• Order providers to implement “specific additional necessary and proportionate proactive measures” to identify and remove terrorist content (Art. 6).
  • Preservation requirements. In most cases, providers must preserve removed content for six months. Art. 7.
  • Transparency requirements. Providers must “set out in their terms and conditions their polic[ies] to prevent the dissemination of terrorist content, including, where appropriate, a meaningful explanation of the functioning of proactive measures including the use of automated tools.” Art. 8(1). Providers must also publish annual “transparency reports” that explain “action[s] taken against the dissemination of terrorist content.” Art. 8(2)-(3).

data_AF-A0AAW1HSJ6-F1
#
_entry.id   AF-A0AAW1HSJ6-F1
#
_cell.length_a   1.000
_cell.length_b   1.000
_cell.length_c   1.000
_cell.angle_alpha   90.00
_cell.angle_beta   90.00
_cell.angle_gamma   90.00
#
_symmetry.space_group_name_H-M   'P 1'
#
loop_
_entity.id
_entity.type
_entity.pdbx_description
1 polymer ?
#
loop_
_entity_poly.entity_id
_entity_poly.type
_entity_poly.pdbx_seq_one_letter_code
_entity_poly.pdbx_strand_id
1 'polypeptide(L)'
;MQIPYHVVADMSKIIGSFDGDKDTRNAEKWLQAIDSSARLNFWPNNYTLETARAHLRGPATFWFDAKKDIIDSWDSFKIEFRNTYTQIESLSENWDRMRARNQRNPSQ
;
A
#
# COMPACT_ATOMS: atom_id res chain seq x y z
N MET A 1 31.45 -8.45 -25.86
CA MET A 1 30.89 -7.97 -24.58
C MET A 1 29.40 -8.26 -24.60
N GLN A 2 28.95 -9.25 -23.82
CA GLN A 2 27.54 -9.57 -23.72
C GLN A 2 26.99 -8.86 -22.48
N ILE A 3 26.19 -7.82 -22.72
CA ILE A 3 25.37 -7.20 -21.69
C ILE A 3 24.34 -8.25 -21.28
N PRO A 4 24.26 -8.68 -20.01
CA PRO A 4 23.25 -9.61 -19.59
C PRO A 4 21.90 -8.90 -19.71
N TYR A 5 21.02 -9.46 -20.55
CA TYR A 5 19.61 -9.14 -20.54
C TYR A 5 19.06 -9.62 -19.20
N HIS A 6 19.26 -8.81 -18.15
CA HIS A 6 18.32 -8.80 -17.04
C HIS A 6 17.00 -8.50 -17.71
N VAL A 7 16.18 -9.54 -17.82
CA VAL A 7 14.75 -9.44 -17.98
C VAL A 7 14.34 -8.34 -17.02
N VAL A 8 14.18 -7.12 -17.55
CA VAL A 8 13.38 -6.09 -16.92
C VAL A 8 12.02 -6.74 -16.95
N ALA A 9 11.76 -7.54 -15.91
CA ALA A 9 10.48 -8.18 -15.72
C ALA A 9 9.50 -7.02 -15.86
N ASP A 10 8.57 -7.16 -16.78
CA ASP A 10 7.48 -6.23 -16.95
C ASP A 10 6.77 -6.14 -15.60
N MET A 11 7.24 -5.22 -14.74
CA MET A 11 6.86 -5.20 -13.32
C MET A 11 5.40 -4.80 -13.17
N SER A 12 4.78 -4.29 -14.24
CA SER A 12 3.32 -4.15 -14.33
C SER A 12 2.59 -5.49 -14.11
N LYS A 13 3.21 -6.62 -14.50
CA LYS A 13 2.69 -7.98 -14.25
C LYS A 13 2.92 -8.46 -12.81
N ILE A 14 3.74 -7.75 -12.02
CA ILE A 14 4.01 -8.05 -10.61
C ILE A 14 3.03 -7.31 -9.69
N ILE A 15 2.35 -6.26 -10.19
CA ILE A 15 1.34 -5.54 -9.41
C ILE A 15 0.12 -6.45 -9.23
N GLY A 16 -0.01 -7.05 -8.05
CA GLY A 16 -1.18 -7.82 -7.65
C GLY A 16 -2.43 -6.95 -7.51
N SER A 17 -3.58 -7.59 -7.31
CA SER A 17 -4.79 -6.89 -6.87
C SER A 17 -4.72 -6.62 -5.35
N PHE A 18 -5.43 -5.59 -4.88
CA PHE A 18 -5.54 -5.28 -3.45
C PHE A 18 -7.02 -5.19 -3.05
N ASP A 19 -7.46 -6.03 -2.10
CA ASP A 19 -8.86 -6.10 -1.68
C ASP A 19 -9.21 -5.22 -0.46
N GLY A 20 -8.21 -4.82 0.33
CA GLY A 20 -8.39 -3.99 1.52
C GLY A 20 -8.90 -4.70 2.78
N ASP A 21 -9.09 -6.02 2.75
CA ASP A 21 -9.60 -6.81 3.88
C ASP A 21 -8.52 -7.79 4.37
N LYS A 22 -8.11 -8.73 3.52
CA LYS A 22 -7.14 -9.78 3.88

• Safeguards for use of automated tools. Providers that use automated tools for detecting and removing terrorist content must “provide effective and appropriate safeguards,” including human review, to ensure that removal decisions are “accurate and well-founded.” Art. 9.
  • Complaint mechanisms. Providers must “establish effective and accessible mechanisms” allowing users whose content is removed to appeal those removals. Art. 10. (Users cannot ask providers to reverse removals made in response to removal orders.) Providers must also explain to users why their content has been removed. Art. 11.
  • Potentially harsh penalties. Member States and their competent authorities have discretion to determine penalties for noncompliance. However, providers who “systematically” fail to comply with the removal order process must be “subject to financial penalties of up to 4% of . . . global turnover of the last business year.” Art. 18.

2.    History and Background